Taking it to the Streets. Hundreds rally in San Francisco for a ‘free Palestine’

Freed from the constraints of  the Pandemic San Franciscans took to the streets on a sunny day in late May to show their love and support for the Palestinian people. The marchers included a number of Jews who support the Palestinians and deplore the recent military actions of the Israeli government in occupied Gaza.

The 11 day assault on the people of Gaza by the Israeli military supplied with weaponry by the American government is an outrage.

San Francisco has consistently shown its support for the people of Palestine whose land was taken from them in 1948 when the State of Israel was created after the Holocaust and World War II.

The living conditions for people in the occupied territories of Palestine are grim. There is not much of material value we in San Francisco can do.  By showing its support the world knows that San Francisco has the people of Palestine in its collective heart.

San Francisco Chronicle 5.22.2021

A ceasefire is in place — for now — between Israel and the Palestinian militant group Hamas, but the international conflict prompted yet another outpouring in the Bay Area on Saturday, as hundreds of people rallied for the Palestinian cause in San Francisco.

A diverse crowd chanting “Free, free Palestine” and carrying signs marched from the Mission District to Civic Center Plaza, where they promised to keep demonstrating for a peaceful resolution to the latest military clash. A protest last Saturday drew several thousand in San Francisco, while one in front of the Israeli embassy on Tuesday attracted several hundred.

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Up top showing support for the Palestinians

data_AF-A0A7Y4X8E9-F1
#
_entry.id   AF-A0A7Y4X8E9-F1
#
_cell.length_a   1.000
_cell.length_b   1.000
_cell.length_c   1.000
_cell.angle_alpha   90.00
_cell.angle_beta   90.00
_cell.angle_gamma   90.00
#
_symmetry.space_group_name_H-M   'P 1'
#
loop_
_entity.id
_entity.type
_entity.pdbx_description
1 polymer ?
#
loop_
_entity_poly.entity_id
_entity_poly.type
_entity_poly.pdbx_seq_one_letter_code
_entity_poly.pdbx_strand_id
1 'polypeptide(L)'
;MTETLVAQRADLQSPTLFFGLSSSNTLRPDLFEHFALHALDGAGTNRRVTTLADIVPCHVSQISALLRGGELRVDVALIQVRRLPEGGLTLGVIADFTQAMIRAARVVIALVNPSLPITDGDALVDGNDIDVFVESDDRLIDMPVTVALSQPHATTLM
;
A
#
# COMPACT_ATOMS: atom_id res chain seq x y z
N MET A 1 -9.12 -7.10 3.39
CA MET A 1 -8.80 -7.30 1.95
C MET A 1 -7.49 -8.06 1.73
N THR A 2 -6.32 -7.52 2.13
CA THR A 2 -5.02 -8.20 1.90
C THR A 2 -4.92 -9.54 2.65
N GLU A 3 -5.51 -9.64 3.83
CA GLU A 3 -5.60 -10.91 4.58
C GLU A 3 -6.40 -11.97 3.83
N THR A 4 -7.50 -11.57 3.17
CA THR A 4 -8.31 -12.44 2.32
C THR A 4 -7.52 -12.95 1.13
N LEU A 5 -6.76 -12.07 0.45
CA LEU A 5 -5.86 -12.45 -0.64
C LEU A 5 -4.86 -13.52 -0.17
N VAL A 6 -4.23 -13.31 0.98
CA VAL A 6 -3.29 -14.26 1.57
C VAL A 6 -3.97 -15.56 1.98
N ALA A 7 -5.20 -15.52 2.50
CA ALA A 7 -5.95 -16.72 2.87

The demonstrations arose, in part, because of the heavy casualities sustained on the Palestinian side since the fighting began more than a week ago during Ramadan, the Muslim holy month.

Lisa Rofel of San Francisco, a national board member of Jewish Voice for Peace, said the organization has 18,000 members and supports boycotts, divestment and sanctions against Israel as nonviolent means “to bring Israel to finally negotiate the end to their occupation.”

“The Israeli government claims to speak in our names as Jews,” she said. “We have the right and the responsibility to speak back, to support the end to the violent occupation. Jews need to speak out for justice for Palestinians just as we spoke out for justice for African Americans, for Native Americans.”

Dozens of Jewish people also showed up to say that being Jewish doesn’t mean they support the actions of Israeli Prime Minister Benjamin Netanyahu.

“It’s painful to see my Jewish identity weaponized against the Palestinian people and used to justify atrocities,” said Sarah Small, a UC Davis law student and San Francisco native.

The ceasefire that took effect Friday paused 11 days of combat in which Israeli airstrikes and artillery fire left 248 Palestinians dead, including at least 66 children and 39 women, according to the latest estimates from the Palestinian Ministry of Health. Rockets fired by Hamas forces killed at least 12 in Israel, two of them children.

Protesters said the temporary stoppage in fighting wasn’t enough.

“A ceasefire does not end or resolve any of the issues we’re dealing with,” Bazian told The Chronicle. “There’s still the siege, still the suffering that has been visited upon the people.”

The contentious dispute over who has rights to occupy an area east of Israel on the west bank of the Jordan River that contains a number of Jewish holy sites goes back decades. But it also involves a nation, Israel, that has been defending its right to exist since its creation in 1948, and a group of people, Palestinians, advocating for their own nation state.

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Palestine supporters in front of San Francisco City Hall

Local demonstrators said on Saturday that they felt a surge of multiracial and multi-ethnic support for the Palestinian cause, as they marched down Van Ness Avenue alongside Black and Jewish allies.

Ahmina James, a 30-year-old legal assistant from Oakland, carried a handmade sign with gold letters reading “Black power for Palestine liberation.” She said she that support for Palestinian human rights dates back the Black Power movement.

“Before Black Lives Matter,” she said, “with the Black Power movement in the ‘70s there was huge solidarity with the liberation of Palestine. That solidarity is surfacing again.”


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May 2021 – A brave Palestinian faces down the Israeli military in occupied Gaza